Then there's those times that you can't make another browser work on a particular site, and are forced to use IE6. Even if those times are rare, it's still worthwhile to have it configured securely for those occasions.
    Rick
     
  11. Notok

    Notok Registered Member

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    Re: What do thease terms mean Please..?

    You remind me of myself about a year and a half back, Herbalist, in most of your posts. Personally, these days I just set IE to "allow once" on my firewall, set the security on the "Intranet Zone" to Medium, and focus on the rest of the system and keeping malware/exploits off in the first place ;)
     
  12. Devil's Advocate

    Devil's Advocate Registered Member

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    Re: What do thease terms mean Please..?

    And you remind me of myself about two years ago. :D
     
  13. herbalist

    herbalist Guest

    Re: What do thease terms mean Please..?

    On my system IE6 is only allowed out if it runs thru Proxomitron, via a non-standard port, and then to a very limited number of sites. Accomodating some people who "have to play" those little ActiveX games that don't run on Mozilla or FF. Windows Explorer has no internet access at all.
    I'm not sure what to do with that statement. For now, I'll avoid it.
    My emphasis is on locking down my system against changes, which I believe I've accomplished. I browse where I please and my security package keeps everything out, silently. Isn't that the desired results?
    Rick
     
  14. Escalader

    Escalader Registered Member

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    Hey Herb it's me your Celtic friend!

    Tell me why and how to run IE 6 through a non standard port is you can bear the thought/effort!

    What is "Proxomitron" ?

    I use ZA pro to manage what programs can access the internet.
     
  15. WSFuser

    WSFuser Registered Member

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    proxomitron is a proxy that can alter sites and act as a sort of content filter (cookies, ads, flash etc).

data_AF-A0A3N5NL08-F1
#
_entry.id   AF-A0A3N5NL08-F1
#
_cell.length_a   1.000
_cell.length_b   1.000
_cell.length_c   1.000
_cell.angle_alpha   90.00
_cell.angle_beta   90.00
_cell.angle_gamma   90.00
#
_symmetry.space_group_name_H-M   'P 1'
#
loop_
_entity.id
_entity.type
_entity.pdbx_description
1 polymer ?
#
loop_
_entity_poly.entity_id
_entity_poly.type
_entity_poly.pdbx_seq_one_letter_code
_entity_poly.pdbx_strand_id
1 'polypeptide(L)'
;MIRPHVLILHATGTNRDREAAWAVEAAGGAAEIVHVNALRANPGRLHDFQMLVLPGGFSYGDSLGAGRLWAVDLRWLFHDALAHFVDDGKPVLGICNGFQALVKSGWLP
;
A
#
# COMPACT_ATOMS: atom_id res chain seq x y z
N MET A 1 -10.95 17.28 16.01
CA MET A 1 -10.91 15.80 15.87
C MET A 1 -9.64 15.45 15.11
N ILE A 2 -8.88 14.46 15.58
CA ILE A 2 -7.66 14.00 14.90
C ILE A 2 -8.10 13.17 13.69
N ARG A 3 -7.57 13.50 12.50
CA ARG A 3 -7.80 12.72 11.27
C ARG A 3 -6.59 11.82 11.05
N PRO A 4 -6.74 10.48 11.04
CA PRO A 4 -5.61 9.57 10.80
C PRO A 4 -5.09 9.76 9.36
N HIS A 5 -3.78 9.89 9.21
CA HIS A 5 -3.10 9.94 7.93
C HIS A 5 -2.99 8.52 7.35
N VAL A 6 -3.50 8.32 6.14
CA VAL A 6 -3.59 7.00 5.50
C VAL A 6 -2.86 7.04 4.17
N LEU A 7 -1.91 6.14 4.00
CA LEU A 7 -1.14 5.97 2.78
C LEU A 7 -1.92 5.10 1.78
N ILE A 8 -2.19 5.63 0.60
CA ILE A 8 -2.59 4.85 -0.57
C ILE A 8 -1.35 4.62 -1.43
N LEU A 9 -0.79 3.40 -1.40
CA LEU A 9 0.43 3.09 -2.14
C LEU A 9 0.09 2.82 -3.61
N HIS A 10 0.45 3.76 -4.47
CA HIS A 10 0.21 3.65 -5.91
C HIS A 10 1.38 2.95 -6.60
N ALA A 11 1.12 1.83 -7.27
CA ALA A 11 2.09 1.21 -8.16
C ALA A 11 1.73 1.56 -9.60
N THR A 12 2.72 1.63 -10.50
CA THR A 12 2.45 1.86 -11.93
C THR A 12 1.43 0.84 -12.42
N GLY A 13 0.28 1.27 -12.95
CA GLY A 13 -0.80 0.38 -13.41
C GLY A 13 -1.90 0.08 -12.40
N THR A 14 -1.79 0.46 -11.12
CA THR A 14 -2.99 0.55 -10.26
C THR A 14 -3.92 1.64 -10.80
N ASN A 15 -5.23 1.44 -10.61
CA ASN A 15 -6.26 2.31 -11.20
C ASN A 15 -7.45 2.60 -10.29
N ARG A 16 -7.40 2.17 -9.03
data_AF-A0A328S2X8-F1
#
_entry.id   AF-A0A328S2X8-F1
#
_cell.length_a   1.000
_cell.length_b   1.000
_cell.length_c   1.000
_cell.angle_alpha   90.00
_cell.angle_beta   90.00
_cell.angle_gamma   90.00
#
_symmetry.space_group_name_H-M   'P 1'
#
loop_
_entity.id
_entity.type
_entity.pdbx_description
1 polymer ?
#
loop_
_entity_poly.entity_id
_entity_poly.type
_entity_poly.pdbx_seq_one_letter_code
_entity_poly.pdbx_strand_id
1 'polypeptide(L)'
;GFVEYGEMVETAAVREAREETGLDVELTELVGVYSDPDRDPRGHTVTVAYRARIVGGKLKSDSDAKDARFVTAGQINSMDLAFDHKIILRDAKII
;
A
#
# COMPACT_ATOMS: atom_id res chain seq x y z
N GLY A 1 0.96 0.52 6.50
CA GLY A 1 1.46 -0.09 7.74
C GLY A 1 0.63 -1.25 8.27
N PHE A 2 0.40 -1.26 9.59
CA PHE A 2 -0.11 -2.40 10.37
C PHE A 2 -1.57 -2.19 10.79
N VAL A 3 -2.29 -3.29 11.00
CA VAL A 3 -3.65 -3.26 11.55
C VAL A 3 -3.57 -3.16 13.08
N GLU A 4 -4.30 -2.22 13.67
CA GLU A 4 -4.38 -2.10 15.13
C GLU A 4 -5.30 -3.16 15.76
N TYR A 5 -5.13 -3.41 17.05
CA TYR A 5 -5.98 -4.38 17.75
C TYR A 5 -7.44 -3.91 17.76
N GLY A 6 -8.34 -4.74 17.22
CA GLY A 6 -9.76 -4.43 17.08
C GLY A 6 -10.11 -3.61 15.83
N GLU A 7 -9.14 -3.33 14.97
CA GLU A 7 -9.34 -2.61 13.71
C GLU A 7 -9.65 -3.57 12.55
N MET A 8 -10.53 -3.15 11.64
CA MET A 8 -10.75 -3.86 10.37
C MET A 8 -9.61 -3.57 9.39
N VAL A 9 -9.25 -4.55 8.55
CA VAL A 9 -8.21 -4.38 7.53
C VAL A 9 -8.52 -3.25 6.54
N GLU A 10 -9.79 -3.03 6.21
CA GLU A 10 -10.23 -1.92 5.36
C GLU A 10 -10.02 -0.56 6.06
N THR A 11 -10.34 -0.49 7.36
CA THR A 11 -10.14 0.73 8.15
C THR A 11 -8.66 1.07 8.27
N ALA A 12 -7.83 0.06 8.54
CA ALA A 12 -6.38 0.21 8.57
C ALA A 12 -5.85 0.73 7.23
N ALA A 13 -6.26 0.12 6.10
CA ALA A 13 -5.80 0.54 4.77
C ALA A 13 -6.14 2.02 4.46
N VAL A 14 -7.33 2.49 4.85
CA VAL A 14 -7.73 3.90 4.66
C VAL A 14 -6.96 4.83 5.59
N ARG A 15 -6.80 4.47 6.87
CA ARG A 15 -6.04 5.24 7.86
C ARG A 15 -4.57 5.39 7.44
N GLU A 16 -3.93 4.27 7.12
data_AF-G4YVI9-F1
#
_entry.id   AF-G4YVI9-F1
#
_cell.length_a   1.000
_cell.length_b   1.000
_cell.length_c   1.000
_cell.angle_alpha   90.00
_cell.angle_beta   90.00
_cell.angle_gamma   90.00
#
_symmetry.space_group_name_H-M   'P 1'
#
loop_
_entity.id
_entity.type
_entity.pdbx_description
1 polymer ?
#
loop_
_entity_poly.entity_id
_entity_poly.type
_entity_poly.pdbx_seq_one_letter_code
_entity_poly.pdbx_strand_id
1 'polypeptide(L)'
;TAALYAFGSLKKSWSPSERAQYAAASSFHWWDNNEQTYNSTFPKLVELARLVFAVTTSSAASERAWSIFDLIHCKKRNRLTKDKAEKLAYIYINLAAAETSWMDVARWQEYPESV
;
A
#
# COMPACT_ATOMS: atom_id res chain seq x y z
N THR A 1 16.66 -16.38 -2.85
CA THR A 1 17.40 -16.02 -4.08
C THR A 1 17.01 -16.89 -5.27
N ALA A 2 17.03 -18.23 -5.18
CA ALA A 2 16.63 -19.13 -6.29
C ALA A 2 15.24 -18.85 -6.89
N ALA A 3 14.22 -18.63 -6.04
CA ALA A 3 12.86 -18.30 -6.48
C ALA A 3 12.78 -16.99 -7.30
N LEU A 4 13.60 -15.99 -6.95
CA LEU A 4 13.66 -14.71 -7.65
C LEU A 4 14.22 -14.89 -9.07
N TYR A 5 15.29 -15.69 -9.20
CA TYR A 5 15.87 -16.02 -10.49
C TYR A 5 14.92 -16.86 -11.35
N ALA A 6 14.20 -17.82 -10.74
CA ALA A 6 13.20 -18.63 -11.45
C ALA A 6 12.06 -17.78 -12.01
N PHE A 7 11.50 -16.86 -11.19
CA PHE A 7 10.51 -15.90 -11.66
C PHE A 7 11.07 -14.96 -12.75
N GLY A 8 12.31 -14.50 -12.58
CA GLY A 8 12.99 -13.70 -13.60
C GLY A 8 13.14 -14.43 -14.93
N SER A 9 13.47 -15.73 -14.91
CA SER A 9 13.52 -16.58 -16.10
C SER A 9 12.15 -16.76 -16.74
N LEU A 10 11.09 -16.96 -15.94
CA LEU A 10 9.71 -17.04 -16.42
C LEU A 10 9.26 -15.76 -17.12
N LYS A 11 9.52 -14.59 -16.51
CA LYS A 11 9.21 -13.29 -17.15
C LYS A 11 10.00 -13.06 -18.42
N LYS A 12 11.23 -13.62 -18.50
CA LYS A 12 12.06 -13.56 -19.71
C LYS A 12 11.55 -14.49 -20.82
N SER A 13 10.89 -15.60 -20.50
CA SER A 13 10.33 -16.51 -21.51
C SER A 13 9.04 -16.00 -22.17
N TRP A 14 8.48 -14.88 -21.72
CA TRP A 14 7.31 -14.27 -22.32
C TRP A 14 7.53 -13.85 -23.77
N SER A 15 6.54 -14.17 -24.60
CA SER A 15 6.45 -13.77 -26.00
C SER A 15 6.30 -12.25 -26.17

proxomitron normally uses port 8080, but herbalist changed it to some other port.
     
  16. Escalader

    Escalader Registered Member

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    hmmmm, I await Herbs reply as well.

    Thanks
     
  17. herbalist

    herbalist Guest

    WSFuser pretty well answered it. Regarding Proxomitron, you can find more about it at http://www.proxomitron.info/index.html
    Proxomitron is one of the most configurable filters you'll find. In addition to the afore mentioned ads, cookies, and flash, it can be used to filter or modify most any web content, including scripts. You can set up lists for most anything you want to control on a site by site basis, filtering some, letting others bypass. Proxomitron has more potential than can ever be covered in a few posts.
    Regarding how to run IE6 thru Proxomitron, go to the tools menu, then internet options, connections tab. The go to the proxy settings for the type of service you use. Type in your localhost address, usually 127.0.0.1, and the port number of your choice. Default is 8080. If you use another port, make sure you change the port setting on Proxomitron as well. As for the firewall, it varies depending on the brand. Some refer to it as loopback. Loopback explained here. Some otherwise good firewalls do a poor job controlling loopback connections. The PCAudit firewall test uses loopback connections in addition to a system hook. So does a lot of malware. It's worth spending time with your firewall to get control over this.
    I consider Proxomitron to be part of my core security package, along with Kerio 2.1.5 and SSM. The rest fill secondary roles.
    Regardless of what methods or software you use, securing a PC boils down to these: